He noted that what could not be said is that the president’s political roots were not deep within the party. “By all accounts, she’s done a reasonable job. It would not have been easy to bring back the party from the fall it took. It could not be easy when those who were expected to come forward, including myself, were not there to prove the kind of support and handholding necessary to shepherd the party during that time,” he said.
    Once the rank and file of the party had chosen someone to lead, he had an obligation to support that voted for De Peiza’s opponent, George Pilgrim, during the party’s last presidential election.

    Source: Nation

  62. Another committee

    Government is looking for 10 hostesses to work at the Grantley Adams International Airport.

    Speaking during a recent press conference, Prime Minister Mia Amor Mottley revealed that she had set up a committee to search for 10 hostesses to welcome persons as they visit Barbados.

    “Rather than somebody hand-pick them where we just do applications, let we do this together, the whole country. And I’m awaiting the subcommittee’s report that has been set up specifically for this, to tell us and advise us on how do we get people,” she said.

    “And it’s as simple… if you feel that you treat anybody in Barbados better than anybody else could treat them come forward, we want you as a hostess.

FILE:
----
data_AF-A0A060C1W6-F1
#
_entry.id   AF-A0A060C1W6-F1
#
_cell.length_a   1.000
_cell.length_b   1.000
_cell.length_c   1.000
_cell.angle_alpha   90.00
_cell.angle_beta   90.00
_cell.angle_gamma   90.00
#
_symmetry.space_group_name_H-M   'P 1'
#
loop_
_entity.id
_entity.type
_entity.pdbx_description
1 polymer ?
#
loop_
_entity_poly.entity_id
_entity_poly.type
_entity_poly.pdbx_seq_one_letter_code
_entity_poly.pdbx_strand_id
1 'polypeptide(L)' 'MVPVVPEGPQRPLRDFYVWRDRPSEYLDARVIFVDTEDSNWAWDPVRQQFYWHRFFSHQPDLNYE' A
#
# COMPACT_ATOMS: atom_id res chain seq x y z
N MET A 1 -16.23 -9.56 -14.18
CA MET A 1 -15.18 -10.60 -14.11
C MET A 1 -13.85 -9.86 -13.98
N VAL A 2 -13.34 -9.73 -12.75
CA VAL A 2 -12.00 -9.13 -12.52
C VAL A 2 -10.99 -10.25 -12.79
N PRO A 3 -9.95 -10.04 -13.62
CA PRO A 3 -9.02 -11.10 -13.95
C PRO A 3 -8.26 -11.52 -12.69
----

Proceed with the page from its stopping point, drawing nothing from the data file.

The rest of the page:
“And let me be very clear, there are some people in this country who feel that you can only welcome people if you speak proper English, that isn’t true at all. We need to begin to understand. When I go to the IMF and the World Bank, three quarters of the people there can’t speak proper English, but they know what they’re doing and they’re communicating, and we have to break the chains that have held us in the past by refusing to have people involved in certain activities, simply because we don’t feel that they present well in terms of how they speak English.”

    Mottley expressed that there was a need to have persons with warm and welcoming hearts greet visitors at the airport, because she believed that having people standing up in a line for two hours at an airport would not make them want to visit Barbados regularly.

    She stated that this was the way forward and said that going this route would not only help Barbados gain more repeat visitors but also, hopefully redefine our tourism product.

    Additionally, Mottley believed that it was time for Barbados to have a Director of Hospitality in the Ministry of Tourism and not just in the BTMI.

    “This is about welcoming people and we are going to do this together, as I know we can,” she said.

  63. A great point. When I read it, I did not notice that it stated hostesses.

    I am not going to make this a next rabbit hole, but does the search also betray a thinking that some jobs are for me and some are for women.

    Dead end.